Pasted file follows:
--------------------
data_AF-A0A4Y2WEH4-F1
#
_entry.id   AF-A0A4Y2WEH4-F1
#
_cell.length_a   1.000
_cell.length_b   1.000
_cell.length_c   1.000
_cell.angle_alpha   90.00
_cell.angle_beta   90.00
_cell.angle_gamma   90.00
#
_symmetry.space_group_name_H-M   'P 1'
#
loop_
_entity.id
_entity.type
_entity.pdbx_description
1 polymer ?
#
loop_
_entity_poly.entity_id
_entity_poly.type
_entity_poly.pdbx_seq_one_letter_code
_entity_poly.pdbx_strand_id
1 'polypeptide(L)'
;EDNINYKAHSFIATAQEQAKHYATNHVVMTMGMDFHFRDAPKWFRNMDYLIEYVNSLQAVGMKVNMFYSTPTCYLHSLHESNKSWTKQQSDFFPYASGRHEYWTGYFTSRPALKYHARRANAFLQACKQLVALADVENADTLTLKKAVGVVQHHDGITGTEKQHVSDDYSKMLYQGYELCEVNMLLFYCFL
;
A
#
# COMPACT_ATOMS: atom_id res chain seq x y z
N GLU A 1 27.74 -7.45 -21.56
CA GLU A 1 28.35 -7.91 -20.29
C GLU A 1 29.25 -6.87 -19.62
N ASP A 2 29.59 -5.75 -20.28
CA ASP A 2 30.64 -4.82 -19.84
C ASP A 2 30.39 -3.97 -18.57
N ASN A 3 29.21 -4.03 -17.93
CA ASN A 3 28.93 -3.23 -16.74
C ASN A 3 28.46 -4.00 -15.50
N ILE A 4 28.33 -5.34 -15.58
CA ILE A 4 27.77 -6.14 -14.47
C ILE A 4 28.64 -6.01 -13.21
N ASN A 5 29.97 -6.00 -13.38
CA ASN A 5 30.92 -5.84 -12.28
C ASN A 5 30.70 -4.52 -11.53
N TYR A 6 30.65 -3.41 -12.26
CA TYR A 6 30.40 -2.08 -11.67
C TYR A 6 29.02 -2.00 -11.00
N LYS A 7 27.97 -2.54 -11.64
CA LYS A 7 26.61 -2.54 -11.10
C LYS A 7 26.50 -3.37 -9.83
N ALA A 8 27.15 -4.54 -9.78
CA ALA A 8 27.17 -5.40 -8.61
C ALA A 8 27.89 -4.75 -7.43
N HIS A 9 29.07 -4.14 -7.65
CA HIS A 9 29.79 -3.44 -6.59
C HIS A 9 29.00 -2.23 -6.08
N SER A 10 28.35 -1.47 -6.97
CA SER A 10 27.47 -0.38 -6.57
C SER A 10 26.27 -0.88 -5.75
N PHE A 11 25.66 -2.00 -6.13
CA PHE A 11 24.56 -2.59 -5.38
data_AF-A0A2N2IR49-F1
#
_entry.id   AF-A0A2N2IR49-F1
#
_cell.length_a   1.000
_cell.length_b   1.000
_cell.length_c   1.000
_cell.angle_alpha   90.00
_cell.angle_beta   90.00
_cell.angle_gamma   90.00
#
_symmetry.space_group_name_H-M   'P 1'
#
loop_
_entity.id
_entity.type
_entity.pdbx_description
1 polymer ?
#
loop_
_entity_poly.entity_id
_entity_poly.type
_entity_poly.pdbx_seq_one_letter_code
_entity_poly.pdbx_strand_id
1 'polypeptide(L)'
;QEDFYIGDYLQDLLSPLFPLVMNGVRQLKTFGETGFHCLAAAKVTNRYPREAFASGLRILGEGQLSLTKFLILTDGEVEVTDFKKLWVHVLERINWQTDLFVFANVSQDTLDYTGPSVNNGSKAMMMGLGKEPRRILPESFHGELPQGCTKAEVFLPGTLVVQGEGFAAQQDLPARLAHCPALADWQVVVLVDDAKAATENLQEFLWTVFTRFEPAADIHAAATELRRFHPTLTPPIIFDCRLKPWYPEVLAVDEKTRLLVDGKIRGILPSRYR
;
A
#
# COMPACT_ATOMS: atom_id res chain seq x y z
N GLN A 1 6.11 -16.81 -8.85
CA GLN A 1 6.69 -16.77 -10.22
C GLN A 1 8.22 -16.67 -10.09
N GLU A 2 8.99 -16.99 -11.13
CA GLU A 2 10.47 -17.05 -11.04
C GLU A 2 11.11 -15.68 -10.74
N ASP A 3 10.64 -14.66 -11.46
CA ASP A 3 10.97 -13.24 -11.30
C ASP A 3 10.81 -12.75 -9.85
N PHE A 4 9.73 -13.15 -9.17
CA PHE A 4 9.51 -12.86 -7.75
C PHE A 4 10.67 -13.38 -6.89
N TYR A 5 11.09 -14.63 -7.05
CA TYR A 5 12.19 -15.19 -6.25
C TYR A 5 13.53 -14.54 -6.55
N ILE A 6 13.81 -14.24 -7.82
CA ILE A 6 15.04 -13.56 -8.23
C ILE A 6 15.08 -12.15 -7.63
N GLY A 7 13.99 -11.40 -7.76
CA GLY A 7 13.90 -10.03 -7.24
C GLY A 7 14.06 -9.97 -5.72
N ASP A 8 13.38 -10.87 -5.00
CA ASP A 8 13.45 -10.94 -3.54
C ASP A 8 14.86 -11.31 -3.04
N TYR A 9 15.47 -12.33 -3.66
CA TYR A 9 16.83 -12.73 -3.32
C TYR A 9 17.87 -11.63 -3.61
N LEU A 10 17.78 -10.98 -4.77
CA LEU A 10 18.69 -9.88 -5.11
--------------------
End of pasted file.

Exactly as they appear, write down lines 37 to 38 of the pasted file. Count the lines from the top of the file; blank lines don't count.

N ASN A 3 29.21 -4.03 -17.93
CA ASN A 3 28.93 -3.23 -16.74